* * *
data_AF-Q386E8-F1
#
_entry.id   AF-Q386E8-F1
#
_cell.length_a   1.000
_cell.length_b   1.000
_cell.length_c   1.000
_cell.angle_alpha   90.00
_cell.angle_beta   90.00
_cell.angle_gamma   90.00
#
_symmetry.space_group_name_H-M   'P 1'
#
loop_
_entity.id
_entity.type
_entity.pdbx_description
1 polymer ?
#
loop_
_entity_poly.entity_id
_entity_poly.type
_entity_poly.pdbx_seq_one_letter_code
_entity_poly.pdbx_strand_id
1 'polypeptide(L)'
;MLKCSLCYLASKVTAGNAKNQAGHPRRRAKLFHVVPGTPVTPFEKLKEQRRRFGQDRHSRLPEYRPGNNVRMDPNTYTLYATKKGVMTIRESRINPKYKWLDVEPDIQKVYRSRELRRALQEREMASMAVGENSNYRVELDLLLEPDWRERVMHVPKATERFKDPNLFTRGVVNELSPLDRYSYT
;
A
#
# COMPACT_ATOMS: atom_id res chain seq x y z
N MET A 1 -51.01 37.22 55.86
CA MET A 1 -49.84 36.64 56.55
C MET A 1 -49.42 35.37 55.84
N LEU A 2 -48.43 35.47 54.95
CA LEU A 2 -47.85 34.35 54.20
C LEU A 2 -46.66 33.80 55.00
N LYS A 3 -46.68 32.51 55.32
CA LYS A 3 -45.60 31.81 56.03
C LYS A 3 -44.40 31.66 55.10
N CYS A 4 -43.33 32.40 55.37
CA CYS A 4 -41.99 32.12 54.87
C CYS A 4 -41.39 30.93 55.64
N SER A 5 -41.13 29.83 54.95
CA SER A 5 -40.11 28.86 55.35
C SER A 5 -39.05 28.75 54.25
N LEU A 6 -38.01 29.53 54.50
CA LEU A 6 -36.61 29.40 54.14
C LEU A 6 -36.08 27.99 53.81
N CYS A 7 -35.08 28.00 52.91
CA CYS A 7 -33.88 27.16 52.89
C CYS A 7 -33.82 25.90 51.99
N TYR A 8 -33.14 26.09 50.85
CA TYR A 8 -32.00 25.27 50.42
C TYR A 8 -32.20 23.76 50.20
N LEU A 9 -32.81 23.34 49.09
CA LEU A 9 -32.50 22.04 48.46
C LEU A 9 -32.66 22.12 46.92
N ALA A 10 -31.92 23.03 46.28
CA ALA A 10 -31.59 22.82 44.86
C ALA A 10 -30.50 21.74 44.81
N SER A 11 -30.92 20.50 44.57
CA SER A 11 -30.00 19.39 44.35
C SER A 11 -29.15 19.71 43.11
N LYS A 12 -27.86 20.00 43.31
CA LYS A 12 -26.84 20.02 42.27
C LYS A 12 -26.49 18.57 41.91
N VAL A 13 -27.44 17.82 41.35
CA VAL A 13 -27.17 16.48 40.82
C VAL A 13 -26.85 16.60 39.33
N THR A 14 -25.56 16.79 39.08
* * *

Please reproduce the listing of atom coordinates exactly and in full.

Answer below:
data_AF-Q386E8-F1
#
_entry.id   AF-Q386E8-F1
#
_cell.length_a   1.000
_cell.length_b   1.000
_cell.length_c   1.000
_cell.angle_alpha   90.00
_cell.angle_beta   90.00
_cell.angle_gamma   90.00
#
_symmetry.space_group_name_H-M   'P 1'
#
loop_
_entity.id
_entity.type
_entity.pdbx_description
1 polymer ?
#
loop_
_entity_poly.entity_id
_entity_poly.type
_entity_poly.pdbx_seq_one_letter_code
_entity_poly.pdbx_strand_id
1 'polypeptide(L)'
;MLKCSLCYLASKVTAGNAKNQAGHPRRRAKLFHVVPGTPVTPFEKLKEQRRRFGQDRHSRLPEYRPGNNVRMDPNTYTLYATKKGVMTIRESRINPKYKWLDVEPDIQKVYRSRELRRALQEREMASMAVGENSNYRVELDLLLEPDWRERVMHVPKATERFKDPNLFTRGVVNELSPLDRYSYT
;
A
#
# COMPACT_ATOMS: atom_id res chain seq x y z
N MET A 1 -51.01 37.22 55.86
CA MET A 1 -49.84 36.64 56.55
C MET A 1 -49.42 35.37 55.84
N LEU A 2 -48.43 35.47 54.95
CA LEU A 2 -47.85 34.35 54.20
C LEU A 2 -46.66 33.80 55.00
N LYS A 3 -46.68 32.51 55.32
CA LYS A 3 -45.60 31.81 56.03
C LYS A 3 -44.40 31.66 55.10
N CYS A 4 -43.33 32.40 55.37
CA CYS A 4 -41.99 32.12 54.87
C CYS A 4 -41.39 30.93 55.64
N SER A 5 -41.13 29.83 54.95
CA SER A 5 -40.11 28.86 55.35
C SER A 5 -39.05 28.75 54.25
N LEU A 6 -38.01 29.53 54.50
CA LEU A 6 -36.61 29.40 54.14
C LEU A 6 -36.08 27.99 53.81
N CYS A 7 -35.08 28.00 52.91
CA CYS A 7 -33.88 27.16 52.89
C CYS A 7 -33.82 25.90 51.99
N TYR A 8 -33.14 26.09 50.85
CA TYR A 8 -32.00 25.27 50.42
C TYR A 8 -32.20 23.76 50.20
N LEU A 9 -32.81 23.34 49.09
CA LEU A 9 -32.50 22.04 48.46
C LEU A 9 -32.66 22.12 46.92
N ALA A 10 -31.92 23.03 46.28
CA ALA A 10 -31.59 22.82 44.86
C ALA A 10 -30.50 21.74 44.81
N SER A 11 -30.92 20.50 44.57
CA SER A 11 -30.00 19.39 44.35
C SER A 11 -29.15 19.71 43.11
N LYS A 12 -27.86 20.00 43.31
CA LYS A 12 -26.84 20.02 42.27
C LYS A 12 -26.49 18.57 41.91
N VAL A 13 -27.44 17.82 41.35
CA VAL A 13 -27.17 16.48 40.82
C VAL A 13 -26.85 16.60 39.33
N THR A 14 -25.56 16.79 39.08